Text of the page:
Libraries in England will be able to reopen from 4th July as the country's lockdown measures continue to ease, Boris Johnson has announced.
The Prime Minister confirmed facilities can reopen next month, along with a range of other venues including, hairdressers, hotels, cinemas. pubs and restaurants. He also said that the two metre social distancing rule would now be changed to one metre.
“Today we can say that our long national hibernation is beginning to come to an end,” he told the House of Commons on Tuesday afternoon.
Libraries had been scheduled to reopen on that date already, and Libraries Connected has published a “recovery toolkit” to help authorities make sure the buildings are Covid-19 secure.
Many libraries were planning appointment systems to provide access to IT, exploring click-and-collect borrowing rather than browsing and home library services for vulnerable users, its c.e.o. Isobel Hunter said last month.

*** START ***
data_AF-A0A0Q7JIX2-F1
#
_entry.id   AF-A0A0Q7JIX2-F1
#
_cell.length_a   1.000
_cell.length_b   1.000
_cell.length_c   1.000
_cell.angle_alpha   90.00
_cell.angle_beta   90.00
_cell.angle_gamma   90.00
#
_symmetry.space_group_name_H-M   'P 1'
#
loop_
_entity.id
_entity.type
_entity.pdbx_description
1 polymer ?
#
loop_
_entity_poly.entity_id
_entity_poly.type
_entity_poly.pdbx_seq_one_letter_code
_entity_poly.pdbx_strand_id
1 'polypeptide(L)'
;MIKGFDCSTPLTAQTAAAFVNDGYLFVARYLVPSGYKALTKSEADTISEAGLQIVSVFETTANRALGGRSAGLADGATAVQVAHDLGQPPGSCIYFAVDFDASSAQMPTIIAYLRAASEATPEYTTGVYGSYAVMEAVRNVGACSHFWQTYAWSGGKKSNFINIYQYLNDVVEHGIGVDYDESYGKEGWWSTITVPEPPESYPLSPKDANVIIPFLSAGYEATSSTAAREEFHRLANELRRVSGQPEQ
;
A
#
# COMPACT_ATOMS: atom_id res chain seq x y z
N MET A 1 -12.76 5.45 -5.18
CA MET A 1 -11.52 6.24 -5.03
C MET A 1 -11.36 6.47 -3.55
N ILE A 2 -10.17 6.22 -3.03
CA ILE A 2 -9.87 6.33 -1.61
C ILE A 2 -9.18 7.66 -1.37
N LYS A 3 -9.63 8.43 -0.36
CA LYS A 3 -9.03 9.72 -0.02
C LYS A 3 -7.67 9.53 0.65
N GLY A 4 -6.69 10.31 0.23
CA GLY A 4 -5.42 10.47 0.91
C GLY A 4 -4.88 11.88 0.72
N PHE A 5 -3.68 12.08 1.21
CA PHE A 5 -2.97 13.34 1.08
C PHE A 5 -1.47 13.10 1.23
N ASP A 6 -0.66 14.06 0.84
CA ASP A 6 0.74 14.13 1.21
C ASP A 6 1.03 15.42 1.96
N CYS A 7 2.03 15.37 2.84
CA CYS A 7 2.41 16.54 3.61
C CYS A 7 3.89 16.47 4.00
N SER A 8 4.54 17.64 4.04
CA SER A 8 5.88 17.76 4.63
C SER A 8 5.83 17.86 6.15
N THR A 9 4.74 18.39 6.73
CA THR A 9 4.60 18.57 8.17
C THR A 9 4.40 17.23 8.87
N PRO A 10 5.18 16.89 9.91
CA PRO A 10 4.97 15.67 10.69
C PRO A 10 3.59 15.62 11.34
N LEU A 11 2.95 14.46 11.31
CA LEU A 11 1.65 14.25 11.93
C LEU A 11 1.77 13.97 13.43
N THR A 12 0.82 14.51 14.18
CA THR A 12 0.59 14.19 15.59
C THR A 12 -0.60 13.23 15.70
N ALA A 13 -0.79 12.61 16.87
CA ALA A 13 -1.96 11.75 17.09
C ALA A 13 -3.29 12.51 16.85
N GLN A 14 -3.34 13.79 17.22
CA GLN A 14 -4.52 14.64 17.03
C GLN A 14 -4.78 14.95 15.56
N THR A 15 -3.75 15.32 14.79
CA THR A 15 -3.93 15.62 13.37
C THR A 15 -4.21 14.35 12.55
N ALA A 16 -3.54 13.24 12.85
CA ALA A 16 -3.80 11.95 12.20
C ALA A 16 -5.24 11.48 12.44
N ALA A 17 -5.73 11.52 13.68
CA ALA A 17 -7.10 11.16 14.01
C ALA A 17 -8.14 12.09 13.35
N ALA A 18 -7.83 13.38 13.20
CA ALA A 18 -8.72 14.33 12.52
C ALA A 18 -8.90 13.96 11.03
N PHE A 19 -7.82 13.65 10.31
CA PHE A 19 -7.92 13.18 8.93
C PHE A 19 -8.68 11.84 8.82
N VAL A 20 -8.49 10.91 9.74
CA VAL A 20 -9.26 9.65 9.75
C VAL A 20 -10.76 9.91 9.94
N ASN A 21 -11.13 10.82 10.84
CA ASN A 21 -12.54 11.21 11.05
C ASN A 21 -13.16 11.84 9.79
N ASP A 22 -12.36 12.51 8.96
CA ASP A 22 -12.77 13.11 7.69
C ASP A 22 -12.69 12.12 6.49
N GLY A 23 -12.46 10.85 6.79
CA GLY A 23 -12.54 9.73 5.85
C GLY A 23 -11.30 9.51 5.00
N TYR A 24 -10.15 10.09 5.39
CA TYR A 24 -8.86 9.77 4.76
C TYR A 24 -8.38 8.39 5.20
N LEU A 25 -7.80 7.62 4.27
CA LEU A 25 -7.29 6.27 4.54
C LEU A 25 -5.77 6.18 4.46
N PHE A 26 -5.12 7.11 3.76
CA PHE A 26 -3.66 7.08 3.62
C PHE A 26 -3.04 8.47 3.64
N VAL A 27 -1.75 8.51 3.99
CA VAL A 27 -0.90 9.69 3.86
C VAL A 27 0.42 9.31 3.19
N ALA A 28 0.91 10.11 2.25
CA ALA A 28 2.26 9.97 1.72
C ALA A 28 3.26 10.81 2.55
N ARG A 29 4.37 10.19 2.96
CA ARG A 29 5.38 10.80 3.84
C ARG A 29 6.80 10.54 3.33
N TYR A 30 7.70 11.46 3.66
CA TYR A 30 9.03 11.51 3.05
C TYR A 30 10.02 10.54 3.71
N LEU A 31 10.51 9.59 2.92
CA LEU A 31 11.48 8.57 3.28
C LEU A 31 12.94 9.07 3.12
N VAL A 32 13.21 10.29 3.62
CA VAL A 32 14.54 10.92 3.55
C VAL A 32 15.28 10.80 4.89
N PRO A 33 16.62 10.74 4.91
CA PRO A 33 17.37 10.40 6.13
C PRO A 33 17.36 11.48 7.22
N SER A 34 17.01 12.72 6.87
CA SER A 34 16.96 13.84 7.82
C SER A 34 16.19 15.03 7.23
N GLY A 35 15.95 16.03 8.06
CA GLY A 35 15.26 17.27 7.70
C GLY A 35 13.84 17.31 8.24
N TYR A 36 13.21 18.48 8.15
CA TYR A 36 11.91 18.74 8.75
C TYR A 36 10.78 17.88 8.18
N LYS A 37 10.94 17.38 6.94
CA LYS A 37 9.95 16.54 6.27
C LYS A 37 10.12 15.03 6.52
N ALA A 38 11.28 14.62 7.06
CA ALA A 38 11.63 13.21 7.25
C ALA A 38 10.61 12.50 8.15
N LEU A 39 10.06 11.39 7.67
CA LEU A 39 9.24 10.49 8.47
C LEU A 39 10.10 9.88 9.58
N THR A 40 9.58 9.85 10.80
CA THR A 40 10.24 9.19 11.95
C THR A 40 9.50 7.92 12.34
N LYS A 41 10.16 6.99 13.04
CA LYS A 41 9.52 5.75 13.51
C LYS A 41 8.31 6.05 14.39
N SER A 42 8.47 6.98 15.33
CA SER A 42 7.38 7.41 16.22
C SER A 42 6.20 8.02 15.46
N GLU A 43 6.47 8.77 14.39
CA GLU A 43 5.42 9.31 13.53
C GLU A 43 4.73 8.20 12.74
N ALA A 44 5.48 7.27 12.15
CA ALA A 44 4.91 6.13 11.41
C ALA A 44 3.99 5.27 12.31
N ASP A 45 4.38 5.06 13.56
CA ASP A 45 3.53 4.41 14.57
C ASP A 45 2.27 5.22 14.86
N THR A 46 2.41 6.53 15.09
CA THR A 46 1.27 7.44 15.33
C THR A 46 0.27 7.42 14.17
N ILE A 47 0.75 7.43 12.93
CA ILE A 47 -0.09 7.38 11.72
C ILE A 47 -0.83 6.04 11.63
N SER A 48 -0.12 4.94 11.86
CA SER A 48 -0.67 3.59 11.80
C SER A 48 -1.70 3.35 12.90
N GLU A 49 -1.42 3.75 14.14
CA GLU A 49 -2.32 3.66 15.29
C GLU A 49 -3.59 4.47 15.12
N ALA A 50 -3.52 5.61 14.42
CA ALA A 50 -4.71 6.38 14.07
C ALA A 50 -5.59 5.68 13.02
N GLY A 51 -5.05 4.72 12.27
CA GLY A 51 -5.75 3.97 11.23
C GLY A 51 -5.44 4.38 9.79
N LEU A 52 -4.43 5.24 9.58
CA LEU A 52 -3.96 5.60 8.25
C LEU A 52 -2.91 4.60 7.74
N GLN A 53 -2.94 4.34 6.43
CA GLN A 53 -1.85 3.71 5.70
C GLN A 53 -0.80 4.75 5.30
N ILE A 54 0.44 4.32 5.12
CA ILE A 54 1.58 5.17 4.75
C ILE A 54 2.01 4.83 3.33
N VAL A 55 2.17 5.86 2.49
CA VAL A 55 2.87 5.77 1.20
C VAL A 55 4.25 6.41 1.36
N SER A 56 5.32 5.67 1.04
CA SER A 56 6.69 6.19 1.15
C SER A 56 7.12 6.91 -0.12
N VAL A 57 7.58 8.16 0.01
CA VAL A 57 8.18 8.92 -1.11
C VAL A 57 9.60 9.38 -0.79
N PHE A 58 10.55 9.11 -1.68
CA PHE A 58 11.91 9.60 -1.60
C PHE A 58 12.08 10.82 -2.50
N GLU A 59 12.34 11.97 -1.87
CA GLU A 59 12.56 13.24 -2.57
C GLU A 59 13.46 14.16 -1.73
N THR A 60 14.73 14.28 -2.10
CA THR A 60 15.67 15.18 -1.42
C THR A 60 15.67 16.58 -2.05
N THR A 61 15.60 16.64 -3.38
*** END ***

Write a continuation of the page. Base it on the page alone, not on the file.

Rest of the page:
After Johnson's announcement, Hunter said: "Libraries have been planning for weeks for this moment - by working on our recovery toolkit and taking part in a series of webinars we hosted with staff, partners and users on reopening. Our central concern is keeping staff and users safe, so the library environment will look and feel different initially. Libraries will have a phased reopening that begins with things like order and collect and delivering books to local homes and a cautious reintroduction of browsing and IT services with a focus on moving in and out the library quickly and minimising face to face contact.
"The level of planning is painstaking and no library will reopen before it is ready. We’re also looking closely at the way bookshops have managed their reopening and have been heartened by the welcome they’ve received from their customers. We are delighted that most libraries will be welcoming back their users from 4th July as the first step in recovery of a vital service."
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